New research by the Joseph Rowntree Foundation examines how employers can help to tackle working poverty. It takes paying the Living Wage as a given, and asks what other employment and management practices might help to address poverty. Written by economist John Philpott, importantly it also asks what the business case is for employers implementing different practices.

The report looks across human resources management and development practices such as structured recruitment, training, performance management, flexible working and fringe benefits, such as help with travel and childcare costs or access to a staff discount scheme. It finds that – when delivered well – these practices can help employees progress to a better job, reduce the stress of balancing work and home life, and help reduce the cost of living. For employers they can boost productivity, employee motivation and loyalty. They can also reduce staff turnover costs and absenteeism.

So far sounds like a win-win situation.

But there are three caveats.

First, getting the desired outcome relies on practices being delivered by good-quality managers, an area where the UK falls short compared to other competitor countries.

Second, they seem to work better when employees are involved in decision making, for example through trades unions or staff councils.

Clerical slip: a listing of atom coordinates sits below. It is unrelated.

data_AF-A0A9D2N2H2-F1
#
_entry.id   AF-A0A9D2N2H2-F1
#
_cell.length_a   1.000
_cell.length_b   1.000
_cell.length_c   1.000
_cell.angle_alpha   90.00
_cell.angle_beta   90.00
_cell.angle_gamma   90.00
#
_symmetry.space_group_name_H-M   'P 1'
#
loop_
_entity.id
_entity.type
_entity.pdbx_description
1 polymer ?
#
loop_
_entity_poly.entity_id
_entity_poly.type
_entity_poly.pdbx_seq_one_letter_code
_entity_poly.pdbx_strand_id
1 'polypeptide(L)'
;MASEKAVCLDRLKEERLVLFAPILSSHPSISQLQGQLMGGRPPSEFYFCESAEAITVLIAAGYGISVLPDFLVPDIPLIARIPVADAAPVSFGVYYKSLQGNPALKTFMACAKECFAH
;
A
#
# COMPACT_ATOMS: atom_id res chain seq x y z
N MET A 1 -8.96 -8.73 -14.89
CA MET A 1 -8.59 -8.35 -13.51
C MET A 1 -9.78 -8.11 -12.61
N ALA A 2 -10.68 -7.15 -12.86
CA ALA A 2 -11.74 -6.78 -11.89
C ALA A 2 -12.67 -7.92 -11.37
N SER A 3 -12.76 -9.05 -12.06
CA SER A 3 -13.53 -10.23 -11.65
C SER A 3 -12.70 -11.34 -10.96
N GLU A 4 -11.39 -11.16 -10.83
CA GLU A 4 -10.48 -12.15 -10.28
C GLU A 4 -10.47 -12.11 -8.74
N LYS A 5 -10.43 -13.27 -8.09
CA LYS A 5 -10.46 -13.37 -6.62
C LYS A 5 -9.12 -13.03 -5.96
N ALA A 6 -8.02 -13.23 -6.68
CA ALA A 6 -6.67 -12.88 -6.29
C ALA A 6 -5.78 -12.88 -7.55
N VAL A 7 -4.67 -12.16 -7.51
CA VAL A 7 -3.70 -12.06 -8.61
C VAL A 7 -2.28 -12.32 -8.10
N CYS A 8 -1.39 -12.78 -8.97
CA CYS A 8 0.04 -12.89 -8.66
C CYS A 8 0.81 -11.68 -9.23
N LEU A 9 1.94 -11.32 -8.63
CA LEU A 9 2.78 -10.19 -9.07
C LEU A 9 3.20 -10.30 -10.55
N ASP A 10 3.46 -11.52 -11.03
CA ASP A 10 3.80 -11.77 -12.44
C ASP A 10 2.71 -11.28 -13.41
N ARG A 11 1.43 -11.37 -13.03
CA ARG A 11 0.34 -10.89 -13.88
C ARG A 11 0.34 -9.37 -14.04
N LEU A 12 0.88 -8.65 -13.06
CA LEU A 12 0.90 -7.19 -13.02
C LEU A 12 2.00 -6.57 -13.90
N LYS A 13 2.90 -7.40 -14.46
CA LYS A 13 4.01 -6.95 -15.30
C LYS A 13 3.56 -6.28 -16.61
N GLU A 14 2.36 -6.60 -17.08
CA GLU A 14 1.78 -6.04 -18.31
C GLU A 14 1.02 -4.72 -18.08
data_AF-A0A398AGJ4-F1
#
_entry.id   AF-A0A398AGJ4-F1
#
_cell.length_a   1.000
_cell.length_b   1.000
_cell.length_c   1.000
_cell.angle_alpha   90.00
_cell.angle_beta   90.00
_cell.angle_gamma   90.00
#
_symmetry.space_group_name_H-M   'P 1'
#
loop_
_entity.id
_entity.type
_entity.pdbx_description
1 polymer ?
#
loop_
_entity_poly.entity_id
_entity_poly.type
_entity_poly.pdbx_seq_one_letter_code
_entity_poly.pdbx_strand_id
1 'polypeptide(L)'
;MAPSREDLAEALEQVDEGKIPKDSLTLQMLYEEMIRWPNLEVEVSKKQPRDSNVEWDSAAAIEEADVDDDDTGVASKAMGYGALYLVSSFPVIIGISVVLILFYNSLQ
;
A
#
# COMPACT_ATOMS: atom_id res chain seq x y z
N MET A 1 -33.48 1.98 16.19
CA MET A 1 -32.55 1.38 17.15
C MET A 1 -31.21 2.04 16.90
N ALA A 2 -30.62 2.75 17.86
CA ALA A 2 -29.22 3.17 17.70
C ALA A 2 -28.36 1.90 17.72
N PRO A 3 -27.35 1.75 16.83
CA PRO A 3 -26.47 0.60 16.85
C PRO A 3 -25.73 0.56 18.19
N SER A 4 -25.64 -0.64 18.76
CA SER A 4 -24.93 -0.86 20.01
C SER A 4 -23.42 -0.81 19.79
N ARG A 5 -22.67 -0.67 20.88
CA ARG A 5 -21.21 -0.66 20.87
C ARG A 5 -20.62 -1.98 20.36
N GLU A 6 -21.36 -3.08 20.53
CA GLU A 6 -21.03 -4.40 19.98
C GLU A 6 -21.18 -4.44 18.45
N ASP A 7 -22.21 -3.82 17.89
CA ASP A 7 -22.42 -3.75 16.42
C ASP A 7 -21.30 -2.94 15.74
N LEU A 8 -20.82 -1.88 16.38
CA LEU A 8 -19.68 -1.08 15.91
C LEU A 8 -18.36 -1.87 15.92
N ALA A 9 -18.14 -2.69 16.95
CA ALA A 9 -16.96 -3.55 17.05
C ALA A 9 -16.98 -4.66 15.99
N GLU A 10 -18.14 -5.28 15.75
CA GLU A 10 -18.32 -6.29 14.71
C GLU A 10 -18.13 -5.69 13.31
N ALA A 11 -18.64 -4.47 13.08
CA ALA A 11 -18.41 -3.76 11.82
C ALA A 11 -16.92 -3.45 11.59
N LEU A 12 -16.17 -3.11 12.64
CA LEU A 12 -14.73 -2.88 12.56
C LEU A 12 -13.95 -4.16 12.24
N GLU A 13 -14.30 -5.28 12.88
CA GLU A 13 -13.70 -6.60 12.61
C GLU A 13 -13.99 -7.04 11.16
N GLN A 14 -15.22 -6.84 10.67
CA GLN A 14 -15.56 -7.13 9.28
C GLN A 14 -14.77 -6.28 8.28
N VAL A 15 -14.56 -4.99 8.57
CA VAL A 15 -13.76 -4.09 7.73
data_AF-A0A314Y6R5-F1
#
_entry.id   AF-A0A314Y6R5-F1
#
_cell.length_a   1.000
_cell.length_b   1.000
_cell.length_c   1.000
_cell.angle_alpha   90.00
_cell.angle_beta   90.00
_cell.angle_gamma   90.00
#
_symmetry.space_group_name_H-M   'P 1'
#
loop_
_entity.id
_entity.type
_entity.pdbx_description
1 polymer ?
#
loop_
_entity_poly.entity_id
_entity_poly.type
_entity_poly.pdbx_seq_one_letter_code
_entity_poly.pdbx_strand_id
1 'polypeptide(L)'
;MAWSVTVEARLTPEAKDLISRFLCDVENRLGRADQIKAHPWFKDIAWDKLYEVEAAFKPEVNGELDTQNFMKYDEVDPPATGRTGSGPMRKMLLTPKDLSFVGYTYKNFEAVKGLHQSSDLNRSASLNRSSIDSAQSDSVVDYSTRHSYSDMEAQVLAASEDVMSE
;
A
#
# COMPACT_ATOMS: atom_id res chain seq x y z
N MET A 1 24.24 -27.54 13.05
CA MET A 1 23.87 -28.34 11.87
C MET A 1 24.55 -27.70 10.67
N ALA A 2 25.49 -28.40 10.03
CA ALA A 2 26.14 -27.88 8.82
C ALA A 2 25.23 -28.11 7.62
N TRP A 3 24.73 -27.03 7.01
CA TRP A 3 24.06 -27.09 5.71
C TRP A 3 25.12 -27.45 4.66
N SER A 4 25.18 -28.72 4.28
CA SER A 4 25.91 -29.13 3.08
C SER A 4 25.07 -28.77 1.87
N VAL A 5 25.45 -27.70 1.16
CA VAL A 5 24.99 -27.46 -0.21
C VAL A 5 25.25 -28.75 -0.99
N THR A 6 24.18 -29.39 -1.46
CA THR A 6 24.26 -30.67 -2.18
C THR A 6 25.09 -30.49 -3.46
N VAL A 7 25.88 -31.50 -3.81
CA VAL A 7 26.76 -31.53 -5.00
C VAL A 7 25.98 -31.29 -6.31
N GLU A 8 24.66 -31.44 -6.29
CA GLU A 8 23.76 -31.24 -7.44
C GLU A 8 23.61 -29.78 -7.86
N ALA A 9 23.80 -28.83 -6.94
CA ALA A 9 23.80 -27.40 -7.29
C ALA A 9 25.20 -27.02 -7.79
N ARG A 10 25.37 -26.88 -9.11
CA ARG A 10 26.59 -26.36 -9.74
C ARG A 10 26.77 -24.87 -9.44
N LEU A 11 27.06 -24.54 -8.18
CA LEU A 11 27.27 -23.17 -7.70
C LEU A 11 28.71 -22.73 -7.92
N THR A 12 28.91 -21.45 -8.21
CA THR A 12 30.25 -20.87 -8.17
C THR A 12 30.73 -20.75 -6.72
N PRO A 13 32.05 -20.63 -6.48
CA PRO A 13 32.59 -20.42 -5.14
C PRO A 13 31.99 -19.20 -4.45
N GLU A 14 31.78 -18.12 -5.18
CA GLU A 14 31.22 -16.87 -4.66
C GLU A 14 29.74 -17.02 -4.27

Third, and most challenging, is the large number of British businesses operating perfectly profitably competing on the basis of low-cost and low-quality products and services. So long as these companies have no difficulty hiring people into low-paid, low-skilled jobs that require little by way of formal skills, and where job-related skills can be acquired relatively quickly and cheaply, there is little incentive for them to change.

Many employers are only vaguely aware – if at all – of the problem of poverty among their workforce, and much can be achieved by working with employers to raise awareness and improve business practice in ways that are good both for the employer and the employee. We cannot simply focus on zero-hours contracts as a symbol of what is wrong with the labour market.